Pro chase has nice start for Tuel, big Wade

JEFF TUEL, always an excellent scrambler on the football field, made his latest scramble pay off at the Casino Del Sol All-Star Game, and now heads to a second all-star game, this Saturday in Southern California, before moving to Florida for intense training with his old batterymate Marquess Wilson.

Less than a month after declaring his intention to turn pro, Jeff Tuel -- with plenty of help from former Washington State teammate Wade Jacobson -- completed 6 of 8 passes for 115 yards and a touchdown to lead the West to a 40-7 romp over the East in the second annual Casino Del Sol All-Star Game last Friday in Tucson.

Tuel, who had been pursuing a possible fifth year of eligibility as a medical redshirt, was able to land two all-star game invitations despite his relatively late decision to leave college. He'll also play Saturday in the NFLPA Collegiate Bowl in Carson, Calif. (3 p.m., ESPN2).

Tuel threw a 32-yard touchdown pass to San Diego State's Brice Butler. Tuel's 49-yard pass to Stanford's Drew Terrell set up another touchdown.

"Every guy here has a dream," Tuel told the Tucson Daily Star after the game.

That dream probably does not include the traditional parading in front of NFL personnel while wearing nothing but shorts.

"Just like the (NFL scouting) combine," Jacobson said.

Jacobson said more than 100 scouts and other NFL types were on hand to watch players get weighed and measured in Tucson.

"We're all standing there in compression shorts, waiting for our name to get called," Jacobson explained. "Then you walk down like ‘America's Next Model'."

The colorful Jacobson added, "It was weird. Guys are standing up, walking around, trying to get better views of us. It was a job interview, ya know?"

Jacobson was speaking by phone Sunday night from Provo, Utah, where he was set to begin training in earnest Monday morning for a possible shot at the NFL. Jacobson anticipates several weeks of seven-days-a-week, twice-a-day workouts in Provo before he returns to Pullman for "pro day" with NFL scouts in March.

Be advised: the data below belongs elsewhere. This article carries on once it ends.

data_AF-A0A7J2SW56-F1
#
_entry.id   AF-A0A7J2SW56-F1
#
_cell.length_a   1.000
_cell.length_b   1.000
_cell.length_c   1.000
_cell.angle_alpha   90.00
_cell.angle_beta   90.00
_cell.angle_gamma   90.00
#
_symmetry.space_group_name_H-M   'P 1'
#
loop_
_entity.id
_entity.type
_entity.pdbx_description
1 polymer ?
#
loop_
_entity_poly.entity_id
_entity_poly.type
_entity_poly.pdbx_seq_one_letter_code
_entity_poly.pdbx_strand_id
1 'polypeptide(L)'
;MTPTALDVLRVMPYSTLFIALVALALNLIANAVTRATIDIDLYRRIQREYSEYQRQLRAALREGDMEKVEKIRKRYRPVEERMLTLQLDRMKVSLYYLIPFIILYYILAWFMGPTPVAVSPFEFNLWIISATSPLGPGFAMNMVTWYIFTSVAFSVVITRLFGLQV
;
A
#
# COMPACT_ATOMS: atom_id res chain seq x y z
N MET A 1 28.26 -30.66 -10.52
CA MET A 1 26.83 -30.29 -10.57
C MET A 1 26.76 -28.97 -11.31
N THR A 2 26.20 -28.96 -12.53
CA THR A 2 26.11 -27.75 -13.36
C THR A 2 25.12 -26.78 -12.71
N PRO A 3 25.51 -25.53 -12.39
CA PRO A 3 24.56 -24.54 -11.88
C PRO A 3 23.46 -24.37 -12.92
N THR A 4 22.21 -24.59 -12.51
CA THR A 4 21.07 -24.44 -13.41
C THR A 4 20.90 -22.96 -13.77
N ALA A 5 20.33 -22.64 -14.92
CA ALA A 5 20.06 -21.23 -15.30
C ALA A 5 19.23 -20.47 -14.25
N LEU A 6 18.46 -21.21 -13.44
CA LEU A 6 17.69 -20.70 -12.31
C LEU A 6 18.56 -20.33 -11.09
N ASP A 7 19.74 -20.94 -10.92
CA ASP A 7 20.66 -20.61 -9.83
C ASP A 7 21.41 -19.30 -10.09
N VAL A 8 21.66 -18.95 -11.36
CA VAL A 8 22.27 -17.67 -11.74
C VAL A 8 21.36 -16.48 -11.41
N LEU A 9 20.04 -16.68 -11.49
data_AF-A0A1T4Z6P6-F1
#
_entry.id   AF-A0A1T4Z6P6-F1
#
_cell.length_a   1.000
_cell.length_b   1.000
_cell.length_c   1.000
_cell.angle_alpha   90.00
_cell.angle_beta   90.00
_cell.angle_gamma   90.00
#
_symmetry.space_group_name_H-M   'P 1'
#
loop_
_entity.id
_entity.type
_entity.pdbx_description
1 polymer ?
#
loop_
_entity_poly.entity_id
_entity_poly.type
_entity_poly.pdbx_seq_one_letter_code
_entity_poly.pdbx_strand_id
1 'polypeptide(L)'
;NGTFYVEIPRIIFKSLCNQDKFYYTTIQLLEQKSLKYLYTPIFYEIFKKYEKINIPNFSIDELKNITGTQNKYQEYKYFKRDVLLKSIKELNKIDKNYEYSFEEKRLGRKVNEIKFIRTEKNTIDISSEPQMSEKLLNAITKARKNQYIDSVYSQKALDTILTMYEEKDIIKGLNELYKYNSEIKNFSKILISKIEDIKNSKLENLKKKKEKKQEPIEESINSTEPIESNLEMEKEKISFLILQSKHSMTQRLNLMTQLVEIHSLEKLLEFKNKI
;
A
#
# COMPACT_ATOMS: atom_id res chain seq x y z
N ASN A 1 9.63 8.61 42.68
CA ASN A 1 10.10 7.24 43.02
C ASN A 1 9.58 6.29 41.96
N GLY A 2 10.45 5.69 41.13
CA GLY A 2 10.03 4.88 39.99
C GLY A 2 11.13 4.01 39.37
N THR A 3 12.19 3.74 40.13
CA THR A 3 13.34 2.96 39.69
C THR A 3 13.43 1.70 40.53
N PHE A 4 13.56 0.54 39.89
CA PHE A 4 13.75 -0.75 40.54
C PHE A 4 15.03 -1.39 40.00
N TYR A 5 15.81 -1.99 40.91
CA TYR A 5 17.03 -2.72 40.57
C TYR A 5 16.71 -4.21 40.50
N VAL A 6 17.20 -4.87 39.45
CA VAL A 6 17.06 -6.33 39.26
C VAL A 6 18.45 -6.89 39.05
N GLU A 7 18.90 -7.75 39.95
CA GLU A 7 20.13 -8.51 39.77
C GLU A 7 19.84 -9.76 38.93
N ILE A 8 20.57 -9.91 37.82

Like Tuel, Jacobson is currently rated a marginal NFL prospect. Both players like to think they raised their stock at Friday's all-star game.

"It was just a blast ... I played really well," said Jacobson, who started at left guard for the West.

Jacobson chose to train in chilly, no-frills Provo in part because his agent lives there. Also, Mike Harris trained in Provo last winter and wound up starting at left tackle for San Diego most of the season despite going undrafted last year out of UCLA.

Tuel, meanwhile, heads to Orlando after next Saturday's all-star game to train with former WSU wide receiver Marquess Wilson and others. Tuel and Wilson remained good friends even after Wilson left the team late in the season.

"A friend is a friend," Tuel said at the time. "You're going to be there for a guy no matter what he needs."

Tuel might need sunscreen in Orlando. That won't be a problem for Jacobson in Provo.

"It's about minus-3," he reported Sunday night after checking into his hotel in preparation for the next phase of his football life.

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